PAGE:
Recent Reads: Drive – the surprising truth about what motivates us

Drive: The Surprising Truth About What Motivates Us

Daniel Pink



Most people believe that the best way to motivate is with rewards like money—the carrot-and-stick approach. That’s a mistake, says Daniel H. Pink (author of To Sell Is Human: The Surprising Truth About Motivating Others). In this provocative and persuasive new book, he asserts that the secret to high performance and satisfaction-at work, at school, and at home—is the deeply human need to direct our own lives, to learn and create new things, and to do better by ourselves and our world.

Drawing on four decades of scientific research on human motivation, Pink exposes the mismatch between what science knows and what business does—and how that affects every aspect of life. He examines the three elements of true motivation—autonomy, mastery, and purpose-and offers smart and surprising techniques for putting these into action in a unique book that will change how we think and transform how we live.

This quick read was lent to me by someone I work with – actually someone I supervise.  (I’m just going to assume that she lent it to me because she knew that I love to read, am a life-long-learner, and that we share a mutual interest in psychology… and not that she thinks I’m a crap boss and need advice on how to motivate my team.)

For some reason, I didn’t quite latch on to Dan Pink’s writing style, but he presents a lot of valid points to reframe how we traditionally think about motivating others, which is basically systems rewards and punishments.  He challenges while such simple conditioning might work to influence routine tasks, it is actually a damaging perspective when it comes to finding motivation to do anything that requires complex thought, difficulty, or creativity.  We’re missing out on a huge component: intrinsic motivation.  Doing something for the inherent satisfaction of doing the activity itself.  Intrinsic motivation is running a marathon to explore the reaches of our physical form.  It’s creating art to express complex perspectives.  It’s volunteering time, because it serves a purpose greater than ourselves.

And yep, I am on board.  Lucky me, Dan wraps up his book with a “toolkit” of how to apply the psychology of intrinsic motivation to the real world – in personal life, at work, with kids.  So if you don’t want to read the whole thing, you can just jump straight to the back and quickly figure out “so how do I make this work for me?”  (Or, “so how do I not be a crap boss and better motivate my team.”)



2017 – The Year of the Rested

Stay rested, my friends.

Original Post: Richards, Carl. “Let 2017 Be The Year of Working Hard and Resting Hard.” The New York Times, 19 Dec 2016. 

Let 2017 Be the Year of Working Hard and Resting Hard.

I’m tired — really tired — and I’m tired of being tired. In fact, it feels like I’ve been tired ever since I read Andrew Grove’s book “Only the Paranoid Survive” a decade and a half ago.

That book was the beginning of a sea change in my thinking about work, business, hustling and survival itself — so much so that I’ve been working like a fanatic ever since.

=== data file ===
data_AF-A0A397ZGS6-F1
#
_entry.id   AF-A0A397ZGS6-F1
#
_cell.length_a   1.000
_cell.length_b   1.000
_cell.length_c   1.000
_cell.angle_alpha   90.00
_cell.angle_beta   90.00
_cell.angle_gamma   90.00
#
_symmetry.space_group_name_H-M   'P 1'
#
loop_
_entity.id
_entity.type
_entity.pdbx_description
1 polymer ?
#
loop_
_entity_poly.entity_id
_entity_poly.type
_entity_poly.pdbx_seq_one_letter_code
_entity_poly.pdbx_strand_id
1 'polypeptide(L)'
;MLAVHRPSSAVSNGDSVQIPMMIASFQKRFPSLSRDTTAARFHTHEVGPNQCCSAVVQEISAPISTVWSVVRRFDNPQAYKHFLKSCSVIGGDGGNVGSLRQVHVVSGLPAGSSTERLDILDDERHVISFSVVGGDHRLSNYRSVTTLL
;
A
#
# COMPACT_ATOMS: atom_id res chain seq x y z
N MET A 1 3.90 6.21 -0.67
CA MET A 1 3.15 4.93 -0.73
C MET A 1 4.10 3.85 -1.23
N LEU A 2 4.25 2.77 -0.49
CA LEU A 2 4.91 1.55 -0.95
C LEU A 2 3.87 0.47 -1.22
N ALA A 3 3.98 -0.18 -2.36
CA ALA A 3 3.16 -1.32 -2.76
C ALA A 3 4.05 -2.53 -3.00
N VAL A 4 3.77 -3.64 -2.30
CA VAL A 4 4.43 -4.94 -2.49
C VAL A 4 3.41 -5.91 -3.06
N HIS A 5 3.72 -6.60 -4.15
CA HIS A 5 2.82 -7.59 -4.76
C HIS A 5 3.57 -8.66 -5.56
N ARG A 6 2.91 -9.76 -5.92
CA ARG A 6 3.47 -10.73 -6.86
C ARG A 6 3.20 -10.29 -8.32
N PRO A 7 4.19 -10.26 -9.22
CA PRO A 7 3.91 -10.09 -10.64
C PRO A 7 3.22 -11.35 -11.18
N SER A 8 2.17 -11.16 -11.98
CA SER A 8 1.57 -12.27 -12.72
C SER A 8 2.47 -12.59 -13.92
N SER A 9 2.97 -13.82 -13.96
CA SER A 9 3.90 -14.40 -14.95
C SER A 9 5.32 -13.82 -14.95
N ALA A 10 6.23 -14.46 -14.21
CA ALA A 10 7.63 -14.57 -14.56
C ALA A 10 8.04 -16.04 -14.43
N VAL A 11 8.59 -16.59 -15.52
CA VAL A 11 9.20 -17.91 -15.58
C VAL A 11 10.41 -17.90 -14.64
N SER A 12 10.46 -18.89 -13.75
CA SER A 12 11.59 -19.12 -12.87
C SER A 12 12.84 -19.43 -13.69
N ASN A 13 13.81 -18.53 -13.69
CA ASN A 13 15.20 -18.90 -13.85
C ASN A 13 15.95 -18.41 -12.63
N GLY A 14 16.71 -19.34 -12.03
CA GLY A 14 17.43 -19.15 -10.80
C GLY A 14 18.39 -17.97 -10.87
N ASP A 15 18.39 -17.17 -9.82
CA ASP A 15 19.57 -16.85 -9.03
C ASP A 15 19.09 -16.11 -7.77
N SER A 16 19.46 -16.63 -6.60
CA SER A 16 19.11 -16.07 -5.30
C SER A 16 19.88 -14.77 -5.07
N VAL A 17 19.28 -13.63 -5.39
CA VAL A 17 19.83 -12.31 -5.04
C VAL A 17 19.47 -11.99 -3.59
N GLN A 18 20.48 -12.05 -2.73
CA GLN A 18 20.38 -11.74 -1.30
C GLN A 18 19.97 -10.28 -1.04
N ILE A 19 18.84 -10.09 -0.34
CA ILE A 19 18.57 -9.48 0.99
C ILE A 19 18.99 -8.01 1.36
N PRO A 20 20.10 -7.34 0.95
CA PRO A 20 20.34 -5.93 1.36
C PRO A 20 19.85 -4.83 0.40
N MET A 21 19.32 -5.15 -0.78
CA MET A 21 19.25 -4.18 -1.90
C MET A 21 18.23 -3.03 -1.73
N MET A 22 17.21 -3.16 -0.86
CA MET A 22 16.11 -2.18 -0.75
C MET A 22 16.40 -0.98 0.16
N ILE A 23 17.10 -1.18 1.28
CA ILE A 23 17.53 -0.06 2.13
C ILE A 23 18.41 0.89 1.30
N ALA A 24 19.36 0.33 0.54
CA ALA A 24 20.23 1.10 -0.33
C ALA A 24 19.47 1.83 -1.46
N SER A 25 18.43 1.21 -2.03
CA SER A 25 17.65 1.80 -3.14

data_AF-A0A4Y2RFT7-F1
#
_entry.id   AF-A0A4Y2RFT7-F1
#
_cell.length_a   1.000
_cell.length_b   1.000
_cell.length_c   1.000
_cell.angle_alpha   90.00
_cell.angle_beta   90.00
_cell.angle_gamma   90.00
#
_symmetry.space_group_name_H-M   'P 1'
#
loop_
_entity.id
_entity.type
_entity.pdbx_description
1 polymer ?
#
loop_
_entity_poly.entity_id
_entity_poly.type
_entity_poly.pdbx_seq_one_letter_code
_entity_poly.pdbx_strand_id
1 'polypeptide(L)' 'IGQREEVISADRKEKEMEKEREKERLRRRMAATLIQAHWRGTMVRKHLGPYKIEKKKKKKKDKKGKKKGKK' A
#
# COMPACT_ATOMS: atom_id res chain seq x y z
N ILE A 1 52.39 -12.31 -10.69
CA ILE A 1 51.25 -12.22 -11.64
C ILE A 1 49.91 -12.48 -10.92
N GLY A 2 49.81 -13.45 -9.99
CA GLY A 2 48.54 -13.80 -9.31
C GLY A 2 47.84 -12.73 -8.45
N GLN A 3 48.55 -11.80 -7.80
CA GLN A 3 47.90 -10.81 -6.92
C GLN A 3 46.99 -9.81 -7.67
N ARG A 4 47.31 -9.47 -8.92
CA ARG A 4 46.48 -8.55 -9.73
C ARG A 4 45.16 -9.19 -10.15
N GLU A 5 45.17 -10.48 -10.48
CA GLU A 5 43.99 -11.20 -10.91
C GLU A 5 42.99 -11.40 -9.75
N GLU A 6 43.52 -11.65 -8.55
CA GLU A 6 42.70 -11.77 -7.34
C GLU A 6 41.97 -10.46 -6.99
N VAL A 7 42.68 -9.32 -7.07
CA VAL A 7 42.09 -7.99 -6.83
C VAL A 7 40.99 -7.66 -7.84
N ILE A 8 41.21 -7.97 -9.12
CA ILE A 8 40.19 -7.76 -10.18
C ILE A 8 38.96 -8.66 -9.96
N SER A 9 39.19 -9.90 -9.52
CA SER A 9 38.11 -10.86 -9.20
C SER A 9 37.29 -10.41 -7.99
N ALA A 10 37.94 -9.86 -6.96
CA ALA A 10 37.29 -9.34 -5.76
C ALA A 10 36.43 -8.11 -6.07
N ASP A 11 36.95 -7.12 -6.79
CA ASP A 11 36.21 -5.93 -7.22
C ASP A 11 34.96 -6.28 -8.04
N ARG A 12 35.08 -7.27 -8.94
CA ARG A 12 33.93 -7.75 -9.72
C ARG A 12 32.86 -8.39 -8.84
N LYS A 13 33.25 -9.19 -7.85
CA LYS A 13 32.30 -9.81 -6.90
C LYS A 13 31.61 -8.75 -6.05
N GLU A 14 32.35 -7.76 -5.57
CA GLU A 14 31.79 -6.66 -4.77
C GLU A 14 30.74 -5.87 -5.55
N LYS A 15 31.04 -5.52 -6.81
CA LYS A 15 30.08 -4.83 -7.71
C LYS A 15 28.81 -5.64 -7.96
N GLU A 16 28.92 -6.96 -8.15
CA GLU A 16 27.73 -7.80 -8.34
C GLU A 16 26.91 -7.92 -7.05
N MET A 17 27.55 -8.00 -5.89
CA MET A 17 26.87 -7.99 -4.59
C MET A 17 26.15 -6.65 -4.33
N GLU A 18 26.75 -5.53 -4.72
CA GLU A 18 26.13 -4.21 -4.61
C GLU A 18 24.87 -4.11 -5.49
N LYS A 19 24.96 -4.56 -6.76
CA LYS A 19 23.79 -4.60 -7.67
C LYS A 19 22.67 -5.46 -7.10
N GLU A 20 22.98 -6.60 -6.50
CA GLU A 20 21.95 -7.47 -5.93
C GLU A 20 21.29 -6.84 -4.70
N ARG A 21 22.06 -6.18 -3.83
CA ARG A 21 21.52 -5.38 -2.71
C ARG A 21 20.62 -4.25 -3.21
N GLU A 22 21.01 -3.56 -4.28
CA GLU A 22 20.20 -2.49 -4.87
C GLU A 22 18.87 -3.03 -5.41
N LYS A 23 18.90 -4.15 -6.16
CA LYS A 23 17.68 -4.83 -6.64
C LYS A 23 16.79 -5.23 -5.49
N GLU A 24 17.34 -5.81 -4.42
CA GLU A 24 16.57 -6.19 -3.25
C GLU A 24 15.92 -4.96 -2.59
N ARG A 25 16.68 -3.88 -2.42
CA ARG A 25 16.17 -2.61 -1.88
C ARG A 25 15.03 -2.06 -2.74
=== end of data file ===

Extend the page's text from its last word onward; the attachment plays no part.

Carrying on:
Up at 5 in the morning? Tried it! Daily workouts? Yep. Paleo, bulletproof, gluten-free, cold showers? Check. Build a business, start a side hustle, dominate Twitter, Instagram and Facebook? Yeah, all that too! Make my family a priority? Of course. Serve in my community? Definitely.

For 5,478 days, I’ve been hitting repeat, and it’s killing me.

I know I’m not alone. The last 10 years have felt like the #CrushIt decade. Every time you turn around, somebody is crushing something. Gary Vaynerchuk wrote the book on it, and according to him, people “need to work harder. And faster. There’s really nothing else to it. I’m exhausted every day, but I’m making all sorts of things happen in my 18 hours.”

Carl’s Confession

The Sketch Guy, on resolving to rest more in 2017.

He added, “And I’m prioritizing what’s important and what’s not.”

So, there we have it. We can add “exhausted” to words like “cynical” and “busy” that we wear as badges of honor. As crazy as it all sounds, I have to admit to having believed it. A part of me in some dark corner of my mind whispers: “This is all true, Carl. If you don’t keep hustling, you’ll end up falling behind, and no one will listen to you. Ever. Again. Then, you’ll just be another failure, left to crawl under a rock, cold and alone to die!”

But since I’ve appointed myself King of Permission Granting, I hereby grant everyone the permission to declare the #CrushIt decade finished. January 2017 will be the official start of the “Work Hard, Rest Hard” decade. We are going to hustle, sure. But we’re also going to rest. In fact, we’re going to be as good at resting as we are at crushing things.

We’re going to become pros at turning off social media, getting great sleep, working less and living more.

We’re going to make being rested cool. We’re going to write about, share and celebrate people like Jason Fried, who switched his company to a four-day workweek during the summer. Then, when people ask how you’re doing, you can say, “Sit down. Let’s talk about it for a minute, because I have time for you, my friend.” At minimum, you should be able to answer, “Rested, and how are you?”

I know this sounds like crazy talk, but we can do it. Make it a priority to be human again — to work hard and to rest hard without buying into the idea that we’ll fail at life if we rest.

And please send me your stories of how you plan to make the switch to